Rose Chafers


Rose chafers are one of the insect pests that people are blessed with here in Waushara County, and they are beginning to show up in area fields and local gardens.


Rose chafers are a type of scarab beetle that are found in sandy areas of the state. In June, adult beetles appear and feed on a wide variety of plants. Adult rose chafers feed on grapes, fruit trees, roses, raspberries, and many flowering plants. Leaves are often left skeletonized with veins and small amounts of tissue left behind.

An adult rose chafer is a moderate-sized insect, measuring between 5/16-inch to almost 1/2-inch in length. It’s a slender beetle, pale green to tan in color with longer, reddish brown or orangish spiny legs. It has short, lamellate antennae.

Adults appear during the early part of June and live about three weeks. They can fly considerable distances in search of plants to feed on. Many times, large numbers of beetles will be concentrated on a single plant. Adult beetles feed on plants for three or four weeks, generally until late June. This year since it has been a cooler than normal spring they should be around until the middle of July. Females lay eggs in the soil, then die shortly afterwards. Two to three weeks later, the eggs hatch into small, white grub like larvae which feed on the roots of grasses and weeds. The larvae spend the winter in the soil below the frost line. They pupate the following spring and then emerge as adults. There is one generation a year.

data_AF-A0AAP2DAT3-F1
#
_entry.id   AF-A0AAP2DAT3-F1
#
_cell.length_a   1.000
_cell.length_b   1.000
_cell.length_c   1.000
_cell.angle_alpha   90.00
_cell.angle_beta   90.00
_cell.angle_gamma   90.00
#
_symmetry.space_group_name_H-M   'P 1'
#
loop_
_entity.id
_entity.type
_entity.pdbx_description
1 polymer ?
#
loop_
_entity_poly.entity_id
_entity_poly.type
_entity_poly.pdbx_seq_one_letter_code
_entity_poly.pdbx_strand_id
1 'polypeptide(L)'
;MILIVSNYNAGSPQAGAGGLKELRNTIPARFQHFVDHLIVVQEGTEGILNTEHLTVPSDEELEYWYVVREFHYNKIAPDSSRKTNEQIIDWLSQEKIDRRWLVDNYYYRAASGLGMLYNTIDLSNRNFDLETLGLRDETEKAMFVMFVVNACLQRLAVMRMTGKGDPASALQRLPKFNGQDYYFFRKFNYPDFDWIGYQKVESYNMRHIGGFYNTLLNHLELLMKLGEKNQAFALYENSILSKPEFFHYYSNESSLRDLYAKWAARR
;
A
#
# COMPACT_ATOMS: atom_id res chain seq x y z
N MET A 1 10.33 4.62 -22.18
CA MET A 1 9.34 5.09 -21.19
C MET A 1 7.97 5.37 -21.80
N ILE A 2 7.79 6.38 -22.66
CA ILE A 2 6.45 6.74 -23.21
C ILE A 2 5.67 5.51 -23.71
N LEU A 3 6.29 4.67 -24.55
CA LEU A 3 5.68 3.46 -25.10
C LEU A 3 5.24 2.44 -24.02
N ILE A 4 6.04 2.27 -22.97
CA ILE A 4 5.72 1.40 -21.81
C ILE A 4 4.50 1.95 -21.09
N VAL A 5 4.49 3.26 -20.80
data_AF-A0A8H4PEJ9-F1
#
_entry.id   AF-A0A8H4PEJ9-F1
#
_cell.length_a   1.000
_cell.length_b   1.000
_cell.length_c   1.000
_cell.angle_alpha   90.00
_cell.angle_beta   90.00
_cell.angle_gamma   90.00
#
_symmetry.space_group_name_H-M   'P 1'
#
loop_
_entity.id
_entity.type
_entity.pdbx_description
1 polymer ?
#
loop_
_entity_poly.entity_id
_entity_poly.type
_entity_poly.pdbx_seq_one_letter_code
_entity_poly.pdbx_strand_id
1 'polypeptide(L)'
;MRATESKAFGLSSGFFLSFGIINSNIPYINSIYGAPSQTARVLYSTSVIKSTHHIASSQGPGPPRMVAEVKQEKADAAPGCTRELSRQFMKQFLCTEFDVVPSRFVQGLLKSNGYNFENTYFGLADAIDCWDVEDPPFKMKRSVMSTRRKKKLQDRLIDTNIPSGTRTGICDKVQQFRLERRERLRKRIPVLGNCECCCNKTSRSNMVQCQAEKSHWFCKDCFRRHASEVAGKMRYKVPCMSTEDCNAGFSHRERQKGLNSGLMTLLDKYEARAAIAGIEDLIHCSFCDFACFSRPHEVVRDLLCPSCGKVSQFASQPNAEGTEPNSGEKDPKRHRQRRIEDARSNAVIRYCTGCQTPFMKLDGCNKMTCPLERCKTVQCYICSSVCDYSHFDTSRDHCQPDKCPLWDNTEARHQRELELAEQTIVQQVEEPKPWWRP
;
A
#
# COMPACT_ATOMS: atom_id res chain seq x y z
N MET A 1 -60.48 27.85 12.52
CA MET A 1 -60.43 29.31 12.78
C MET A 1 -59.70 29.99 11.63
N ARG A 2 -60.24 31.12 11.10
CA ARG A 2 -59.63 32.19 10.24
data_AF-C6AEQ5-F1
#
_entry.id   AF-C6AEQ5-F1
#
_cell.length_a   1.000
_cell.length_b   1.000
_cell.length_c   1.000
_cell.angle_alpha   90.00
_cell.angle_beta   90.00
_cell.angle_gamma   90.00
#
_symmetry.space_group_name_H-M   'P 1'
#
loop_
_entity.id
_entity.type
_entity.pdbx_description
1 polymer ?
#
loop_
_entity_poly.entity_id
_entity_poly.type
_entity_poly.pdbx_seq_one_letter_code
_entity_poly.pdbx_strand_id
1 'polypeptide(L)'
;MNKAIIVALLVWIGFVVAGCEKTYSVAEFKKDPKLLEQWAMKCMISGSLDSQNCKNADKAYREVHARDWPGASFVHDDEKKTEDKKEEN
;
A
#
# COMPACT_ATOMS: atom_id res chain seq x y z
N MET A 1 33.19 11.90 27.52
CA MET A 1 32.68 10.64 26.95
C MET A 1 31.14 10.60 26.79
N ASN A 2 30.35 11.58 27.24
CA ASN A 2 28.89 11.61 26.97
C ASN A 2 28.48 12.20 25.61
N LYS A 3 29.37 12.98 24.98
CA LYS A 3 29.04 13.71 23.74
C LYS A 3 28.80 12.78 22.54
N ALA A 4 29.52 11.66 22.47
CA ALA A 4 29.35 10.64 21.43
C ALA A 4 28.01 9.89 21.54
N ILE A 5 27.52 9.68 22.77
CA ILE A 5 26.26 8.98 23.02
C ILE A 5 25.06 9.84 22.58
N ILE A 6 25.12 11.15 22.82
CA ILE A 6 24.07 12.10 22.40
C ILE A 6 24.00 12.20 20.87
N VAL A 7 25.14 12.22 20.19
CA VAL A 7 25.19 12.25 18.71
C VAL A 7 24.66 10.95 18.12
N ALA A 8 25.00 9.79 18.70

Grubs do no economic damage and feed on the roots of plants in old fields, pastures and other open areas. Grubs are in the soil and are not found in lawns. Most feeding is on weeds and non crop plants.

Rose chafers contain a toxin that can be deadly to birds, including chickens, and small animals when they eat these beetles.

Plants can be sprayed with insecticides containing carbaryl (Sevin), meth-oxychlor, or permethrin. These will likely need to be reapplied every three to four days.

Valuable plants can be covered with insect barrier netting such as cheesecloth, floating row cover or other materials. This will force the beetles to look elsewhere for food.


A commercial rose chafer trap can be used to draw beetles away from plants. Place traps 30 feet away from plants that need protection and use one trap per 200 ft of yard perimeter. This is a type of Japanese beetle trap with a special rose chafer attractant.